Male metal fans make obnoxious demands

By Jae-Ha Kim
Chicago Sun-Times
February 21, 1997

There’s safety in numbers.  That’s the only explanation I can come up with as to why a stadium full of 95 percent men would work itself up into a collective dither, trying to get the few women in the venue to expose their breasts.

Hey – ever hear of Playboy?

If any one of these lumbering morons was at a beach, or even a bar, there’s no way he would walk up to a girl and scream, “Show your – – – -!” at her.

But it’s become a recurring cry at rock concerts, particularly at those such as heavy metal shows that attract mostly young men.

At Metallica’s recent Rosemont Horizon gig, the predominantly male crowd created its own entertainment prior to the band’s entrance by screaming that mantra at an uncomfortably rabid frequency to the few women in the audience. (The person working the lights abetted them by projecting the spotlight on various women.)

The scenario wasn’t cute or funny. It was obnoxious and, from a woman’s point of view, frightening.

“Boys will be boys,” a guy sitting behind me shrugged off.

Yeah, well it’s about time they grew up to be men.

And it’s time women stopped fueling those degrading fantasies:  To my amazement, a handful of bovine females acquiesced to the boneheads’ demands. Some teased the guys and fondled each other for the audience’s voyeuristic pleasure. Two did more than just flash their chests. They stripped off their shirts and bras, and waited for applause. Another woman who refused to play along was booed before being pelted with plastic cups.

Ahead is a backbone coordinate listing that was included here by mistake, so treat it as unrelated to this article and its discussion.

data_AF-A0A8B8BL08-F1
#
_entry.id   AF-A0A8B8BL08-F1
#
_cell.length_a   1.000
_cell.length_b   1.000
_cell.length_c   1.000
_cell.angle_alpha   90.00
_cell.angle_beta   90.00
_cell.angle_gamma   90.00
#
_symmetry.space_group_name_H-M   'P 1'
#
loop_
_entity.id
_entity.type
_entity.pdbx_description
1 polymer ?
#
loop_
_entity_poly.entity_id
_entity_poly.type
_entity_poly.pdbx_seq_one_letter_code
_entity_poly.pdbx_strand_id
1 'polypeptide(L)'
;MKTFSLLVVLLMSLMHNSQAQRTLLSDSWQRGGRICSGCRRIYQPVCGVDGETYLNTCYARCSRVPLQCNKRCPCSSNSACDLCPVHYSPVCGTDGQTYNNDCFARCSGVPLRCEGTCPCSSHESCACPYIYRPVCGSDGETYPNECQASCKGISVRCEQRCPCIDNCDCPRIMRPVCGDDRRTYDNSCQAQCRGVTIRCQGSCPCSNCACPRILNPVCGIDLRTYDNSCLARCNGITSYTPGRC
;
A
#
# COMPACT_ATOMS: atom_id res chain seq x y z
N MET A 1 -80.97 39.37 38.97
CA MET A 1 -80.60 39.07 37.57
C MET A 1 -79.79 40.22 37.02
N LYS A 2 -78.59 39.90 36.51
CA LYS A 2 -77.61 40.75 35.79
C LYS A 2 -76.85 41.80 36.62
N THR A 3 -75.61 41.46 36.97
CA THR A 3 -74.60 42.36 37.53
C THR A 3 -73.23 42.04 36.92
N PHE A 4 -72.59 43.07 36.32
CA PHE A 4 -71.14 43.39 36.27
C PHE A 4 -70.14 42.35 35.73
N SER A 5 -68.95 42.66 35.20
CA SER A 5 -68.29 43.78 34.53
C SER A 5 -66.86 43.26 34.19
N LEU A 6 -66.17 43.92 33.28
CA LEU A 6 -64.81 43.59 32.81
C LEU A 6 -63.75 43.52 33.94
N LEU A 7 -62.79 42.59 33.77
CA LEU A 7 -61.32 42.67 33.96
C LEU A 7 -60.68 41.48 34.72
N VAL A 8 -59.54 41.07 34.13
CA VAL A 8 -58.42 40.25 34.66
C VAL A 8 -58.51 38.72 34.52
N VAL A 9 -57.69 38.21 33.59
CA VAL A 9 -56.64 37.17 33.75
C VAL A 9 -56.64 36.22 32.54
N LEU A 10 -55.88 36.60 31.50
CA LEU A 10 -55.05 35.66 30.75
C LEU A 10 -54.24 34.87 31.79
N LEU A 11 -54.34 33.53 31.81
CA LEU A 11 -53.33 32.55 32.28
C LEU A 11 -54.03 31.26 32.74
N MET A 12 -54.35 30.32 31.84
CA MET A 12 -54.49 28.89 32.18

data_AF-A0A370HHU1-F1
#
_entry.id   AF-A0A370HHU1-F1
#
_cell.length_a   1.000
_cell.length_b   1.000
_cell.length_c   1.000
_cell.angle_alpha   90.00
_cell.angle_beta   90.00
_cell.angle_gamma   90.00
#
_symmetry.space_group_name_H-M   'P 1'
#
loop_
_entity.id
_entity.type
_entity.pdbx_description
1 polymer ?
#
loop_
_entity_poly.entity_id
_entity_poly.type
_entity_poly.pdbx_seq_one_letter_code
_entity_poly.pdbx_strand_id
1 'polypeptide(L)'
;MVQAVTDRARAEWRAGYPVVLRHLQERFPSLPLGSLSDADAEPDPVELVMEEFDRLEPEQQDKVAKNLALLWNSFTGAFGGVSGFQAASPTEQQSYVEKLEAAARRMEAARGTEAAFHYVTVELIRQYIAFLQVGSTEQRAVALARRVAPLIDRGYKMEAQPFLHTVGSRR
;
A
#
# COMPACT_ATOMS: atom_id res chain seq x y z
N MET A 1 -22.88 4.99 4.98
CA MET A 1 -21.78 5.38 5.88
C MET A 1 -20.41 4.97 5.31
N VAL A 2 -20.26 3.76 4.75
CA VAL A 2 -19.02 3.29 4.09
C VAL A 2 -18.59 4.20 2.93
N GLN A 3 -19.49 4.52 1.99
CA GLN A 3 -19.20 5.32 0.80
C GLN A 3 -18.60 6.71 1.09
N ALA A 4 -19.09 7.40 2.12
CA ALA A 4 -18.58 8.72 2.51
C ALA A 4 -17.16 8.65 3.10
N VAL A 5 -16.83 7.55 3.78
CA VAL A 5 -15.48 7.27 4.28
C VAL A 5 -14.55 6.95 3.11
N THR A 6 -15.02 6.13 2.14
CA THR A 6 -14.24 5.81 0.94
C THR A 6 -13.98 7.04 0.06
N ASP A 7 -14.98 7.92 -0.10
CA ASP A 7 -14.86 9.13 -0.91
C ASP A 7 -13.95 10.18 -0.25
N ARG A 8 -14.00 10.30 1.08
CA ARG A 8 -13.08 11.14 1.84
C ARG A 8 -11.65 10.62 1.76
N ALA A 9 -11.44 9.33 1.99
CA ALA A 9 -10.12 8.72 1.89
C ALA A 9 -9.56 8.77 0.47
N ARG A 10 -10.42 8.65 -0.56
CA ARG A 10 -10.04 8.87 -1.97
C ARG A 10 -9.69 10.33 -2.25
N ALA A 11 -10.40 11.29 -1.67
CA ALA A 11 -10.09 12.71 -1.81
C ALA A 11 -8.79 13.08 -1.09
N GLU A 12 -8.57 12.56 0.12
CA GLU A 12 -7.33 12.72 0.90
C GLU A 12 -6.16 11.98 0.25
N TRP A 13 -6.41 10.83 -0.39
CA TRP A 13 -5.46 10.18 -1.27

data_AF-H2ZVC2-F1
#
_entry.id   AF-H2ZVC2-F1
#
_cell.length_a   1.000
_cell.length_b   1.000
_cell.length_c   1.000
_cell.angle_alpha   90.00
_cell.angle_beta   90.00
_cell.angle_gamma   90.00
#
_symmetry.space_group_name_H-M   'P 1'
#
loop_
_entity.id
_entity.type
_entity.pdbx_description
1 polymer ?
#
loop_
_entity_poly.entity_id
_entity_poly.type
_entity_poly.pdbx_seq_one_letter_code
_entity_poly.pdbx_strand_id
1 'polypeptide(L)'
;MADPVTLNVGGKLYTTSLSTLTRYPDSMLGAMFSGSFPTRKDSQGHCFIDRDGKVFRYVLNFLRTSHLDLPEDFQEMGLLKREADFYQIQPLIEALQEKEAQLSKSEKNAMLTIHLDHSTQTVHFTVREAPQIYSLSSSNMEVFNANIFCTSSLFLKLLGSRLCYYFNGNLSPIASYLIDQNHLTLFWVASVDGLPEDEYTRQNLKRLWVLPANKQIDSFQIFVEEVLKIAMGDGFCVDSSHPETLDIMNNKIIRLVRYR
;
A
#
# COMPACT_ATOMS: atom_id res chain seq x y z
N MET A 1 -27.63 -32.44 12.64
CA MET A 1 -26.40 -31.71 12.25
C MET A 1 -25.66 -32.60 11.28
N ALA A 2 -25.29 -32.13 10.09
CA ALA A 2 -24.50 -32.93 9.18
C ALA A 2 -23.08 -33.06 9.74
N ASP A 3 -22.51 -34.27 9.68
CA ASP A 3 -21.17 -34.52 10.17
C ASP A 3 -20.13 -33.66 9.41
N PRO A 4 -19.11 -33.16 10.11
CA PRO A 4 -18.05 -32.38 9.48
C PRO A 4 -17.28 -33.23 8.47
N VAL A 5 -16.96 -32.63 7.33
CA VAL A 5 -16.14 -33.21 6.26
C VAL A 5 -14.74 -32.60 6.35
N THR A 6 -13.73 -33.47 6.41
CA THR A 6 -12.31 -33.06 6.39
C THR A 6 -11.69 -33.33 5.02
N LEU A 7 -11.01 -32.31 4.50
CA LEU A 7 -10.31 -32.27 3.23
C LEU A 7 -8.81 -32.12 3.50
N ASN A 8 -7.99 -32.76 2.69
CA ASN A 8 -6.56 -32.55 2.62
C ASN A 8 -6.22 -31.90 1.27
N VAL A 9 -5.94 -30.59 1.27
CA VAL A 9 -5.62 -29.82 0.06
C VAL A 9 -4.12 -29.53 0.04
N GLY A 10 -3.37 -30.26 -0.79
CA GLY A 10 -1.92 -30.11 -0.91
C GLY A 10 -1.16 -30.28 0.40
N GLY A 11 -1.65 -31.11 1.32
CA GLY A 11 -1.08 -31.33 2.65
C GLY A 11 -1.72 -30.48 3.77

The security guards and police officers in attendance did nothing. To their defense, they had their hands full working on crowd control. But I doubt the reaction would have been as passive if a man had taken off his pants and Jockeys.

“The law is the same for men and women,” said Rosemont Police Lt. Joseph Peterson.   “But when you have a crowd of 18,000 people, our main objective is to keep everyone safe. If someone flashes and no one comes forth to press charges, there’s really nothing we can do. If we see people exposing themselves and they’re causing trouble, then we can bring them outside and talk to them. If someone presses charges, they will be arrested for public indecency, but that rarely happens.

“It’s like smoking. You’re not supposed to smoke in the venue but people do, and it’s very difficult to find out who’s doing it unless someone is willing to come forth and press charges against them. Unfortunately, things like this go on at rock shows. If you don’t want to be offended, you should go see Tony Bennett or K.C. and  the Sunshine Band instead.”

It’s unfortunate that music fans should have to make such a choice.

Comments (1)

Join the Discussion

Psssst! Your E-mail address will not be published.

Name *

E-mail *

Website